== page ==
Some reviewers have suggested that B:I’s violence trumps whatever lessons it has to share. I disagree; in fact, I think one can make the case that all of Booker’s violent acts throughout the game are the result of a profound spiritual dissonance within him. There’s a telling moment in this final scene, after Booker refuses the baptism, when Elizabeth turns to him and notes somewhat quizzically, “You didn’t go through with it.” Booker responds, “You think a dunk in the river’s gonna change the things I’ve done? Let’s get out of here.” This line seems to sum up the problem at the heart of B:I—namely, the feeling of unforgivability. Unlike Preacher Witting or his fellow converts at the baptism, Booker constantly inhabits the reality of his sins. He feels their weight, and that weight is crushing, so much so that he comes to believe himself to be beyond redemption. Booker is repentant, no question about it; he wants to leave his sins behind him. But his inability to accept forgiveness is what fractures his story, what causes him to become either a gambling drunk who abandons his daughter or a zealous monomaniac who terrorizes his people.
In one of the voxophone recordings found early in the game, Comstock holds forth on the nature of baptism, musing, “One man goes into the waters of baptism. A different man comes out, born again. But who is that man who lies submerged? Perhaps the swimmer is both sinner and saint, until he is revealed unto the eyes of man.” Many Christians may share Comstock’s confusion. While God thinks of us as new creations, more often than not we struggle to “put off the old man” and assume our new natures. Our sins haunt us, as they haunt DeWitt, and we find ourselves struggling to understanding how God’s grace can really be as good as it claims. At such times, it’s easy to make recourse to tired platitudes and cliches about forgiveness or to sink into despair rather than asking ourselves whether or not we’re truly receptive to God’s love for the unloveable.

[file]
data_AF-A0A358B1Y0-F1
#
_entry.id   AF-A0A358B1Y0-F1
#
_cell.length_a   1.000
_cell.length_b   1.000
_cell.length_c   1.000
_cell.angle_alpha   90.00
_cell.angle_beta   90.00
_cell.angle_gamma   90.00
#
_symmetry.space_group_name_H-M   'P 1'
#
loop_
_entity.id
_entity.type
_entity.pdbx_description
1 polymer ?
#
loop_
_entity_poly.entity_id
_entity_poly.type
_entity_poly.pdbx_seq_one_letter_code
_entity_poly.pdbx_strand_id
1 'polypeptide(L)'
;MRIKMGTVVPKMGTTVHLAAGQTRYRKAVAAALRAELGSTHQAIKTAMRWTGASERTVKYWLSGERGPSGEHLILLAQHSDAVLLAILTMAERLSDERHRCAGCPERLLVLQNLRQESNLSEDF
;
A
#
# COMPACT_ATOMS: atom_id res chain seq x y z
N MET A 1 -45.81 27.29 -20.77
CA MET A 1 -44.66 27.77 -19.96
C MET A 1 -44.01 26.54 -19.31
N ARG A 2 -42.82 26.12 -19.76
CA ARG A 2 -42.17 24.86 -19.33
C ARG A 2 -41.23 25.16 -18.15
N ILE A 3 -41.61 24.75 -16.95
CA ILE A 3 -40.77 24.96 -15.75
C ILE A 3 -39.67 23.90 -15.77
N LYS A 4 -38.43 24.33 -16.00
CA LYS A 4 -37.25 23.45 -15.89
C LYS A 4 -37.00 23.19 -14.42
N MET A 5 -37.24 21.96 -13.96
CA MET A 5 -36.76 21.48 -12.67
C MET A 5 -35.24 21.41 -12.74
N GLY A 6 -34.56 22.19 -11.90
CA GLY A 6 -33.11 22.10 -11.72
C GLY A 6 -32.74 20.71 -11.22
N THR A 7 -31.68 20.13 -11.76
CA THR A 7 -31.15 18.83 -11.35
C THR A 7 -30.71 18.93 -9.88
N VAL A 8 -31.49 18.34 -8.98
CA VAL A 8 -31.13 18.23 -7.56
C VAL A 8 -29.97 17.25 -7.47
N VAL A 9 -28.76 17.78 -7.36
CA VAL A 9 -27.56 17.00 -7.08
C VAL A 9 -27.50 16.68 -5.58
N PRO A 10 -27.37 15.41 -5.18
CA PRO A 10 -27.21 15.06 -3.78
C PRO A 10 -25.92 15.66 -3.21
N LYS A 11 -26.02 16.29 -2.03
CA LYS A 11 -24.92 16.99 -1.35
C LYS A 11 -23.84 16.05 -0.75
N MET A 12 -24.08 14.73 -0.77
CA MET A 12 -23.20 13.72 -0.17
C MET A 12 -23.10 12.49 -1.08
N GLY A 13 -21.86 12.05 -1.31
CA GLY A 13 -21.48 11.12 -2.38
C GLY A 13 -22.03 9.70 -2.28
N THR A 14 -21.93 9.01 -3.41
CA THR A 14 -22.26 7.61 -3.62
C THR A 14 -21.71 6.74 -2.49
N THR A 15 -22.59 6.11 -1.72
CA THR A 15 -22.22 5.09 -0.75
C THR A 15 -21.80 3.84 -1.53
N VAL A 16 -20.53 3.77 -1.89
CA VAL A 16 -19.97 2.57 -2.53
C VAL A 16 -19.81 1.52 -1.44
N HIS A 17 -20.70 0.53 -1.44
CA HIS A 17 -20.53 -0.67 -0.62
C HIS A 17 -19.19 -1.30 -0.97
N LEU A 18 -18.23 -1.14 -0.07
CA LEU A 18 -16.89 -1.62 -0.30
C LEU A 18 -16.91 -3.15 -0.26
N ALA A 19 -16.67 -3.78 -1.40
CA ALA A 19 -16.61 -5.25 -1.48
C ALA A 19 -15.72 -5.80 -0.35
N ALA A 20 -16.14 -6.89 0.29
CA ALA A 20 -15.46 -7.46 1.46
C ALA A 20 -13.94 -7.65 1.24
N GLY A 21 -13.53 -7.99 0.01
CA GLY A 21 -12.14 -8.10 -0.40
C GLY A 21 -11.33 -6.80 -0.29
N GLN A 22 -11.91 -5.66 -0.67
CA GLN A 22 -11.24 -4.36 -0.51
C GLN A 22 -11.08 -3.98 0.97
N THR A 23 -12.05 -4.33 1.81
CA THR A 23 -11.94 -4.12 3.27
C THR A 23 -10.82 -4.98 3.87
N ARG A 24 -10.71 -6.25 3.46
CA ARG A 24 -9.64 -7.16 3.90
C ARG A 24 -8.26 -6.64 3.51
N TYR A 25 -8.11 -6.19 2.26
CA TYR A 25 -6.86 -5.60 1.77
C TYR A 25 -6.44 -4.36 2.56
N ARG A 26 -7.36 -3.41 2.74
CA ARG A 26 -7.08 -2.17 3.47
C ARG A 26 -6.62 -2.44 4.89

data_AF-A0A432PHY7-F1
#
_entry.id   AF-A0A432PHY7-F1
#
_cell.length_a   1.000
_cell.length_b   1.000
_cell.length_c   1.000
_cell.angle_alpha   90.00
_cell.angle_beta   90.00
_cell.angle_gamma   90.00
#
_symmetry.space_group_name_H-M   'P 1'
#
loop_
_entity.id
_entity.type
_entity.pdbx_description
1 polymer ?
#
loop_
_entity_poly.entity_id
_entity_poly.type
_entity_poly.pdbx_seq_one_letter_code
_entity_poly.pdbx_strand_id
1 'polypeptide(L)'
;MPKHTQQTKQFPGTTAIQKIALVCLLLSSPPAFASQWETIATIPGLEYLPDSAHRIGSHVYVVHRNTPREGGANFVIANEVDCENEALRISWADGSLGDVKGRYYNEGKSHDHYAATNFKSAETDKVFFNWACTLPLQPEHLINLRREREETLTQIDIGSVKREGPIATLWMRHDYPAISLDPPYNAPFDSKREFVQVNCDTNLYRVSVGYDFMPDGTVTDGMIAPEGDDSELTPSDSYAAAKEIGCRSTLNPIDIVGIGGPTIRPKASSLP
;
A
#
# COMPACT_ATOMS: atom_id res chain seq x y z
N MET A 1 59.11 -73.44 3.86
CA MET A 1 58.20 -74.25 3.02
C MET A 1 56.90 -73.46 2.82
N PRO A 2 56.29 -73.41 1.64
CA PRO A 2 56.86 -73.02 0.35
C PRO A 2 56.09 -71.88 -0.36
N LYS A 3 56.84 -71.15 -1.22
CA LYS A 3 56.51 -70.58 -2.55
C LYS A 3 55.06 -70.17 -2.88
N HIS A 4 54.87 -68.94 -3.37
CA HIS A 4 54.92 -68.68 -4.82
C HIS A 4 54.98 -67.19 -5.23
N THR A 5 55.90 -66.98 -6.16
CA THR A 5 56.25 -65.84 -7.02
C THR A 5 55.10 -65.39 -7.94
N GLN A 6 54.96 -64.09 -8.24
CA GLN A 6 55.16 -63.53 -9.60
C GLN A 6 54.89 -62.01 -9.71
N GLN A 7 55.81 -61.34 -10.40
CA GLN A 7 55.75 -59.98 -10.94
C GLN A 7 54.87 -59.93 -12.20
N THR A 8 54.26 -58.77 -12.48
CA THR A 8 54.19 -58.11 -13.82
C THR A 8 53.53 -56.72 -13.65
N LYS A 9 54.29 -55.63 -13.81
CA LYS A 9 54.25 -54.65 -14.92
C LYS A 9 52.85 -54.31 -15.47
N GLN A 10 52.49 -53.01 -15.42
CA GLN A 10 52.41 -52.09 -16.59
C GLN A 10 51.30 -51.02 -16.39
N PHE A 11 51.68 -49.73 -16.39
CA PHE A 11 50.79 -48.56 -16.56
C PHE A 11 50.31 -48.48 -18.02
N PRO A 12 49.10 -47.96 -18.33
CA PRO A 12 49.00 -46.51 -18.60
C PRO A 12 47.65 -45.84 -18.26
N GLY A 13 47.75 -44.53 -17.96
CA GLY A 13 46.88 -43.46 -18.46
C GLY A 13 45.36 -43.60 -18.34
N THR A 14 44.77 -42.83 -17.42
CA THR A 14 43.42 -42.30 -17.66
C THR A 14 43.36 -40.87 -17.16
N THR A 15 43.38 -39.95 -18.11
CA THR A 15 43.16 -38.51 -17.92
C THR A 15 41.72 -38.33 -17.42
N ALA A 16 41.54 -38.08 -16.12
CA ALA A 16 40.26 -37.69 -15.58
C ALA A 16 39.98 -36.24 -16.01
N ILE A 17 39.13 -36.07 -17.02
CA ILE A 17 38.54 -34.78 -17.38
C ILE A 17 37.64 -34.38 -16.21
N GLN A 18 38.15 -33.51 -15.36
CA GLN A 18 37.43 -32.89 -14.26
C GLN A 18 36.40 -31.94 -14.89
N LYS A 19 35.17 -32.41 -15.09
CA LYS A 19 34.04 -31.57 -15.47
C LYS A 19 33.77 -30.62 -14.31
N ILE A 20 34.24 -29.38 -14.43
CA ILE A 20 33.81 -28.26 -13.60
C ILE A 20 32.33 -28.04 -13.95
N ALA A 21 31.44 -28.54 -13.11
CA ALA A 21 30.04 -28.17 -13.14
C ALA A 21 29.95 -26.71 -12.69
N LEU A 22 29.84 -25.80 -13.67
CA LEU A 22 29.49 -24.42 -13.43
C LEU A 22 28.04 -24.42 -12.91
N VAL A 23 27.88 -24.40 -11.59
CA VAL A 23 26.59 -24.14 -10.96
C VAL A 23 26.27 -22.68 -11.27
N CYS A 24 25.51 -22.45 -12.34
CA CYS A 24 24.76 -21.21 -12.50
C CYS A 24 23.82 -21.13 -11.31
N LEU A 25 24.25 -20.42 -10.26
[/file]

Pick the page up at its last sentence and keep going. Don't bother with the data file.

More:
What’s even worse, though, is that Preacher Witting, in his eagerness to earn converts for his faith, takes no time to learn Booker’s story or to help him process through the loads of emotional and spiritual baggage that he carries inside of him. His faith is in the act of baptism itself, not the God of the baptism who seeks to restore hearts rather than rap sheets. At the point of his baptism, Booker is a broken man, incapable of making the fine distinction between contrition and despair. Witting should have been his shepherd; instead, he turns Booker into a wolf.
In the opening chapter of his book The Cost of Discipleship, Dietrich Bonhoeffer decries the perils of such “cheap grace” that promises blanket forgiveness without giving consideration to the effects of such recklessness:
Cheap grace is not the kind of forgiveness of sin which frees us from the toils of sin. Cheap grace is the grace we bestow on ourselves. Cheap grace is the preaching of forgiveness without requiring repentance, baptism without church discipline, communion without confession, absolution without personal confession. Cheap grace is grace without discipleship, grace without the cross, grace without Jesus Christ, living and incarnate.
By only offering Booker the “cheap grace” of a shotgun baptism without the heart of repentance, Witting ultimately robs him of the opportunity to experience a baptism that is truly cleansing, that stands as the first step in a long road of faithful discipleship. Instead, as Comstock himself says, Booker’s road “always ends in blood.” This makes B:I not only one of the most compelling games I’ve ever played, but also one of the most deeply tragic.